Locals reflect on life, work of Mother Teresa upon canonization
September 13, 2016
HOUSTON, ROME — The mercy and strength of Jesus Christ is exemplified in the heroic efforts and love of Blessed Mother Teresa, now St. Teresa of Calcutta.
St. Teresa was canonized a saint on Sunday, Sept. 4, at a canonization Mass in St. Peter’s Square in Rome. A celebration of the life and service of St. Teresa, the timing, God’s timing, for her canonization was perfect in this Jubilee Year of Mercy. St. Teresa transformed the world and locals in Houston weighed in on how she changed their lives and helped them strive to make the world a better place.
Father Desmond Daniels, parochial vicar at Christ the Good Shepherd in Spring who is originally from India, had the privilege of meeting St. Teresa on three separate occasions — each having a unique impact on him. She and Father Daniels were planning to collaborate on a project that helped care for children with AIDS in Madras, India. The project ultimately fell through after St. Teresa passed away, but Father Daniels said their first meeting left a lasting impression.
“I saw her praying on bended knee in front of the Blessed Sacrament for an hour,” he said. “That touched me to the core. She then blessed me and said she would pray for my priesthood. She told me that every day she would spend an hour in personal prayer as well. That inspired me to do the same with the Blessed Sacrament every morning.”
Father Daniels said that she was able to reach out to the poor in a very human way.
“People with HIV are ostracized in society, so her heart went out to those kids,” he said. “The sisters had already started other programs like this in India, so it was in her mind that this was a part of her ministry. Being the Jubilee of Mercy and given her attention to the poor and marginalized in society, this is the perfect time for this to happen.”
Father Daniels said that by her own life example, people are attracted to her charism. The Missionaries of Charity (MC), the religious order founded by St. Teresa, are an example of that beautiful attraction. The MCs have been in Houston since 2001, including providing a home for homeless pregnant women, teaching catechism in different parishes, and visiting nursing homes, hospitals and homes of the poor and elderly. They also have a vibrant summer camp for children. More important than any of their works of charity, is the love they provide.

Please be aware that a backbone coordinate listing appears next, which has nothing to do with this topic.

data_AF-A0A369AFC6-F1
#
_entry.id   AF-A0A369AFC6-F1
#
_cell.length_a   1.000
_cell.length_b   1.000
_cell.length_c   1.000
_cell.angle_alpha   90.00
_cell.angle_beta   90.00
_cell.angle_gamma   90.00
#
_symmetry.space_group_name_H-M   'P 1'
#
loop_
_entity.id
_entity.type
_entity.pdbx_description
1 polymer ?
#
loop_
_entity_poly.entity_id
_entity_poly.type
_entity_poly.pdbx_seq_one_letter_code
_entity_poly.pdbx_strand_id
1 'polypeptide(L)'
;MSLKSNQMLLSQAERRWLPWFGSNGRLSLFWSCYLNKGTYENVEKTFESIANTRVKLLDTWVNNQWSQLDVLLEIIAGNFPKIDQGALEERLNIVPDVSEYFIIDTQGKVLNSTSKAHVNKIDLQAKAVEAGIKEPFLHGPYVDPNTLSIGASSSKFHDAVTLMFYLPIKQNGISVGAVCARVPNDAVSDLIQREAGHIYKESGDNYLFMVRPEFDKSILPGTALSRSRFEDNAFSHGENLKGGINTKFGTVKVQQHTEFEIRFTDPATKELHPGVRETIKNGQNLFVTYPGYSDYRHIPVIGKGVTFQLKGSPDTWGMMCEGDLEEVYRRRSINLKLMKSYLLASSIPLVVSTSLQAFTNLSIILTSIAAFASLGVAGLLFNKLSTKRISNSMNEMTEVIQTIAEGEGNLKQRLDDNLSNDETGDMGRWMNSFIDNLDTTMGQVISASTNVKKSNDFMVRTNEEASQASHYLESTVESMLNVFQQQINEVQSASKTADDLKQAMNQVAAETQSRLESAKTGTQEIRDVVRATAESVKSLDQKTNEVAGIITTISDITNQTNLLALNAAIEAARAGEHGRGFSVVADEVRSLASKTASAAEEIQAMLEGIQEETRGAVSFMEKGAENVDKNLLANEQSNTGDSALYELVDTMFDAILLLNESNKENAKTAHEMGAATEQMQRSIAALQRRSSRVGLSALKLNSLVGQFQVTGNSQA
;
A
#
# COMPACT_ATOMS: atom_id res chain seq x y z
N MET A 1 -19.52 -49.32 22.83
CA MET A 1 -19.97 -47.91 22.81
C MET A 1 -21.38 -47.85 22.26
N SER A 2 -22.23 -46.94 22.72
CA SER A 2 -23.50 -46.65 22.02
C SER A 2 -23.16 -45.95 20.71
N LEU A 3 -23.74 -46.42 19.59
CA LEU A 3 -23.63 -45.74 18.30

“Mother used to say that the most difficult type of poverty was not material poverty, but hunger for love,” the sisters said. “This type of poverty was much more difficult to remove and she too wanted to alleviate the poverty of being forgotten, abandoned, rejected, the poverty of selfishness, of lack of concern for the other, and the lack of communication of understanding and compassion.”
The MCs said they fight against this poverty by allowing themselves to love in a real way, as Jesus loves.
“Love opens our eyes to see the needs of those around us,” the sisters said. “It opens our hearts to love those who are rejected, unwanted, unloved. Love opens our hands to give, as Mother used to say, ‘until it hurts.’”
Wanting to do more in her community and feeling that same attraction to St. Teresa’s charism, Elsie Hernandez, development director at Annunciation Catholic Church, joined the lay movement for the MCs when they came to Houston in 2001.
“Mother Teresa did so much to help the poorest of the poor, but if it wasn’t for her order and allowing the laity to participate with them (The MCs), my life would’ve been totally different,” she said. “I was like most America women, living comfortably, striving to move ahead in my career and enjoying my life, but once you’re exposed to this way of life, you cannot live your life in the same way. It made such a big impact on me that my way life changed forever, as has so many others.”
Hernandez said St. Teresa’s impact goes well beyond just her actions. She said she continues to impact people globally through her order and beyond any human means.
“That’s how you know it is God working through the MC movement and through her accomplishments. And that’s why she’s a saint.”
For some self-examination upon St. Teresa’s canonization, the MCs challenge the faithful to determine their own works of mercy:
• To how many people did I smile today?
• To how many people did I give a word of encouragement?
• How many times did I give my hands to serve?
• Did I see Jesus in that homeless person, in the sick, or in the person who was difficult to deal with?
• Did I give my time to the person who wanted to be listened to?
“Maybe we are not called to do great things, but we are called to do small things with great love,” they said.
St. Teresa did undeniably great things with great love. The MCs said her canonization during this Jubilee Year of Mercy is a providential opportunity to present both her teaching related to merciful love and her way of putting those teachings into practice through her daily actions.
“We hope that with her canonization, we will be encouraged to deepen our own relationship with the God of tender, merciful love and to share this love with our brothers and sisters especially all those most in need — the materially and spiritually poorest of the poor,” they said.
Let us all celebrate and share with one another how this one woman changed the lives of so many through her works of mercy and her genuine love and fortitude for her brothers and sisters.